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Wednesday, 24th April, 2019
 
 
 
 Nigeria   ::   News
 
 
South Korean constitutional court lifts abortion ban
Apr 11, 2019
By: Amarachukwu Akaigwe
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South Korea's constitutional court on Thursday ordered the country's decades-old abortion ban to be lifted in a landmark ruling over a law that campaigners say puts women at risk.

South Korea remains one of the few industrialised nations that criminalises abortion, except for instances of rape, incest and when the mother's health is in jeopardy.

But the nine-member bench ruled by seven to two that the 1953 statute aimed at protecting lives and traditional values “goes against the constitution” and ordered the law to be revised by the end of next year.

“The abortion ban limits women's rights to pursue their own destinies, and violates their rights to health by limiting their access to safe and timely procedures,” the court said in a statement.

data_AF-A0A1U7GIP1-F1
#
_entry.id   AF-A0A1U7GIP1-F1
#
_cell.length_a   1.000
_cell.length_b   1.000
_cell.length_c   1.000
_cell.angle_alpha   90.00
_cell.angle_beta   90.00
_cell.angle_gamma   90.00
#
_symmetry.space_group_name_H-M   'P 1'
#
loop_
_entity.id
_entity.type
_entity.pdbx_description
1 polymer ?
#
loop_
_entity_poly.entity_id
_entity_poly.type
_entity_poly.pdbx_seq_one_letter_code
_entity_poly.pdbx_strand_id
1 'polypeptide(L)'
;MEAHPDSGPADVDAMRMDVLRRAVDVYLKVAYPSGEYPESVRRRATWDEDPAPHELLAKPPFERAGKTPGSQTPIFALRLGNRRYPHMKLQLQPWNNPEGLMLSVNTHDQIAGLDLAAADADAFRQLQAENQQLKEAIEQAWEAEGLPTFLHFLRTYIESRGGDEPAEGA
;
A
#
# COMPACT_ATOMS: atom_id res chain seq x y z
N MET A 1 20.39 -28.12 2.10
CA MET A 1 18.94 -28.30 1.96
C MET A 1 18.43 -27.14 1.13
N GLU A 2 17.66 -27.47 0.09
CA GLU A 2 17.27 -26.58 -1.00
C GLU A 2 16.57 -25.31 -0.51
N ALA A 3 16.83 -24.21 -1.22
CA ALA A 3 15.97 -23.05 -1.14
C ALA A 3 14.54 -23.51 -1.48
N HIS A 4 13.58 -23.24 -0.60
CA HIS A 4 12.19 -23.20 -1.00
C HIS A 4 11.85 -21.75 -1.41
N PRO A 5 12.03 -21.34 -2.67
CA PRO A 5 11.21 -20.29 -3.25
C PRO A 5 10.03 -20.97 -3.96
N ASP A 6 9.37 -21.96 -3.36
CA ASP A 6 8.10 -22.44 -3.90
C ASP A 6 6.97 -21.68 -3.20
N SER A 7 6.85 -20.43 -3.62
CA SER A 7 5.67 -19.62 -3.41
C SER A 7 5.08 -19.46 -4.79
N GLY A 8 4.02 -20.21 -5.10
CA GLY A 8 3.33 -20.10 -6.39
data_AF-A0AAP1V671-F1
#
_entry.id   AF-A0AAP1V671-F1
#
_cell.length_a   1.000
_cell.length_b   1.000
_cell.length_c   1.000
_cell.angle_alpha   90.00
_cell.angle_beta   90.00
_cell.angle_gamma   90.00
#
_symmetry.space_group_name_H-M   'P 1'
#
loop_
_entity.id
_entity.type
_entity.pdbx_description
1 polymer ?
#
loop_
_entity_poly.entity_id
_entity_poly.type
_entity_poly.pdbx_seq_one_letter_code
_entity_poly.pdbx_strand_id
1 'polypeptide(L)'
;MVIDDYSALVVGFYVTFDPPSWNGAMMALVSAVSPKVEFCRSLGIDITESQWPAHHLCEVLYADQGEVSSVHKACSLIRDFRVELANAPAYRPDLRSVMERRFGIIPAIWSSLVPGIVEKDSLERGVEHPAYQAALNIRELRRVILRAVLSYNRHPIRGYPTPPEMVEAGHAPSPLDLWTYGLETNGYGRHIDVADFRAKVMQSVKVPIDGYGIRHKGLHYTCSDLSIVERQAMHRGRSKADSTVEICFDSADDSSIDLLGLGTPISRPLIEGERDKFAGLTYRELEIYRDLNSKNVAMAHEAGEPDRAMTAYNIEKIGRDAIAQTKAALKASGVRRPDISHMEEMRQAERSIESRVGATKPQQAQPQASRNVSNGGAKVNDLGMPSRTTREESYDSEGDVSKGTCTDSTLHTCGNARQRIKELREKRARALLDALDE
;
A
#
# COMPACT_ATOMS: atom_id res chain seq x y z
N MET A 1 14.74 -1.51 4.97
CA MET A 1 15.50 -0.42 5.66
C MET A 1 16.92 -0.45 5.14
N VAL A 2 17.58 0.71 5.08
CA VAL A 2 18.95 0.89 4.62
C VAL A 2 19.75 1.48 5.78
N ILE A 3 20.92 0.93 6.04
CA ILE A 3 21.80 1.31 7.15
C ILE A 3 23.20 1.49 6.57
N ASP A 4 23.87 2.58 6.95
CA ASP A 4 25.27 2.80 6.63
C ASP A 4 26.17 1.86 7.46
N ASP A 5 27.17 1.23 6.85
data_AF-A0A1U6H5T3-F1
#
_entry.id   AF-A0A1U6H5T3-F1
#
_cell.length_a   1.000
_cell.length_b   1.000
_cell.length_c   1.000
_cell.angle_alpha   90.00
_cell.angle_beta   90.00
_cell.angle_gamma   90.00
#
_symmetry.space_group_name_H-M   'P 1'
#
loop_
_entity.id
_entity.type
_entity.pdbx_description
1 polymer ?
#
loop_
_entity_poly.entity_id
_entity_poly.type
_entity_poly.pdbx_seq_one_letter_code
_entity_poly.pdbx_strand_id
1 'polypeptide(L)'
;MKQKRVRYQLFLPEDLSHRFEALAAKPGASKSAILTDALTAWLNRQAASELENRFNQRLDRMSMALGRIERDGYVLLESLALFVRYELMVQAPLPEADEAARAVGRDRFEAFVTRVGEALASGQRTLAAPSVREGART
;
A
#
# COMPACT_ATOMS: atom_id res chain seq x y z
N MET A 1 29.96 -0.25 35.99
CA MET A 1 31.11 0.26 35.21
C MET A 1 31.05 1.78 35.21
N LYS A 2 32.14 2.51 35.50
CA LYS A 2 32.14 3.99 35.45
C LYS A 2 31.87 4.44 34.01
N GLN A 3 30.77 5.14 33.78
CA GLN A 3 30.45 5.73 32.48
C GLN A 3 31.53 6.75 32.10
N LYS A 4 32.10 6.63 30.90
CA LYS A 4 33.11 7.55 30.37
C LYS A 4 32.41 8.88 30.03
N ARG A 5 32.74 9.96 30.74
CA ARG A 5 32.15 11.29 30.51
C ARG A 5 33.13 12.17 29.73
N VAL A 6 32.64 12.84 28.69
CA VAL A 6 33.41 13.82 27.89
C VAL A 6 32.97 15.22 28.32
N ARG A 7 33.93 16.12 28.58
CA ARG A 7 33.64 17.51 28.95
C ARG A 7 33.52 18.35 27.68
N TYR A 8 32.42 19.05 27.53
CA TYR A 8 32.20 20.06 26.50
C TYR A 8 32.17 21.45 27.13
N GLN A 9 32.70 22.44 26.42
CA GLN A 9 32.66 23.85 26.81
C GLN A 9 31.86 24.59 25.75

“Embryos completely depend on the mother's body for their survival and development, so it cannot be concluded that they are separate, independent living beings entitled to rights to life.”

Bursting into tears of joy and celebrating, hundreds of women -- including teenagers and females with disabilities -- cheered wildly in front of the Constitutional Court in central Seoul, where the official ruling was announced.

“Women deserve to be happy as much as we want to be today,” activist Bae Bok-ju told AFP.

“Today's decision was made because countless women ceaselessly fought for their rights for so many years. We deserve the world's attention and we deserve its recognition,” Bae added.

Under the ban, women who undergo the procedure can face up to a year in jail and a fine, while doctors who performed the procedure are given two years in prison.

The 1953 law had been widely flouted and rarely resulted in prosecutions, but activists had claimed it left women facing being unable to pay for terminations, unsafe procedures and social ostracisation.

Under Thursday's ruling, the ban will be automatically lifted on January 1 2021 unless new legislation is introduced sooner by parliament to follow the court order.

 

 
 
 
 
 
 
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